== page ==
December 20, 2016 / 12:37 PM / a year ago

Russia alleges Deutsche employee manipulated markets with $5 billion of trades

MOSCOW (Reuters) - Russia’s central bank alleged that a banker at Deutsche Bank’s (DBKGn.DE) Russian branch had manipulated markets by conducting 300 billion rubles ($4.87 billion) of trades with relatives over two and a half years.

People walk past the Central Bank headquarters in Moscow, Russia, April 29, 2016. REUTERS/Maxim Zmeyev/File Photo

The central bank said the trades, made between January 2013 and July 2015, had generated a profit of 255 million rubles for Deutsche Bank employee Yuri Khilov and three relatives.

The Russian central bank said it had passed its findings to law enforcement for their assessment of what had happened.

The central bank’s investigation was conducted with help from Germany’s Federal Financial Supervisory Authority.

It is separate from an investigation into so-called “mirror trades” involving Deutsche’s Moscow office which could have allowed clients to move money from one country to another without alerting authorities in 2014.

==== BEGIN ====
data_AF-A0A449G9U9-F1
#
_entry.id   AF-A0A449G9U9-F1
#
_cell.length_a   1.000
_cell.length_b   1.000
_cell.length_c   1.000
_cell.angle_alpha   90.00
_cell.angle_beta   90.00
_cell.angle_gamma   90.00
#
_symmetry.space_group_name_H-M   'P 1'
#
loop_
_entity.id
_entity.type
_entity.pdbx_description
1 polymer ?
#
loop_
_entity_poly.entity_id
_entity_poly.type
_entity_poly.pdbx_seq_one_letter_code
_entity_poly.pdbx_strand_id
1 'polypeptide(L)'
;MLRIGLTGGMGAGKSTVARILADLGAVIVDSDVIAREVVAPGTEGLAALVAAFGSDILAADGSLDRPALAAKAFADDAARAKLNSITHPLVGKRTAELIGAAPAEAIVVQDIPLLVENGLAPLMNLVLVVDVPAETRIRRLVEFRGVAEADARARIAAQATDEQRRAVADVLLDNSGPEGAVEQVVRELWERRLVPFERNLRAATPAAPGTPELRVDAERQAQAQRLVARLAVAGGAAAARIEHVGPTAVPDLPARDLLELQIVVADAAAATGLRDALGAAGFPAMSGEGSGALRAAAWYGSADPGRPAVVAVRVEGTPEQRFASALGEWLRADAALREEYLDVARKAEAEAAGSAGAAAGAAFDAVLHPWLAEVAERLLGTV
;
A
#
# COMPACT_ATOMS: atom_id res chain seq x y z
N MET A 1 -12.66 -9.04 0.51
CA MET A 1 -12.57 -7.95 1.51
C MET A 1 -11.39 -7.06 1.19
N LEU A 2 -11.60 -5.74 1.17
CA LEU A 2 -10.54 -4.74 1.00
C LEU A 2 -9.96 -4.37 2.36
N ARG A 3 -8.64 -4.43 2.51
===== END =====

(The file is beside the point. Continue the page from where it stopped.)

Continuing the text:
A Deutsche spokesman said the bank had conducted an internal investigation into the activities of Khilov, who he said was a former Deutsche employee.

Deutsche has provided its findings to the market regulator and will cooperate closely with authorities, the spokesman said.

Khilov did not immediately respond to a message seeking comment.

The Russian central bank’s findings are an embarrassment for Germany’s flagship lender, which recently cut back its investment banking activities in Russia.

Deutsche is also facing a large penalty in the United States for allegedly misleading investors when selling mortgage-backed securities.

It was not clear whether Deutsche will be fined in Russia over the trades involving Khilov.

The Russian central bank alleged in a statement that Khilov and his relatives had manipulated trading in eight securities on the Moscow Exchange.

Acting on behalf of Deutsche’s London branch, Khilov made trades which were favorable to his relatives and in doing so manipulated markets, the statement said.

Additional reporting by Olga Popova and Katya Golubkova; Editing by Andrew Osborn and Adrian Croft

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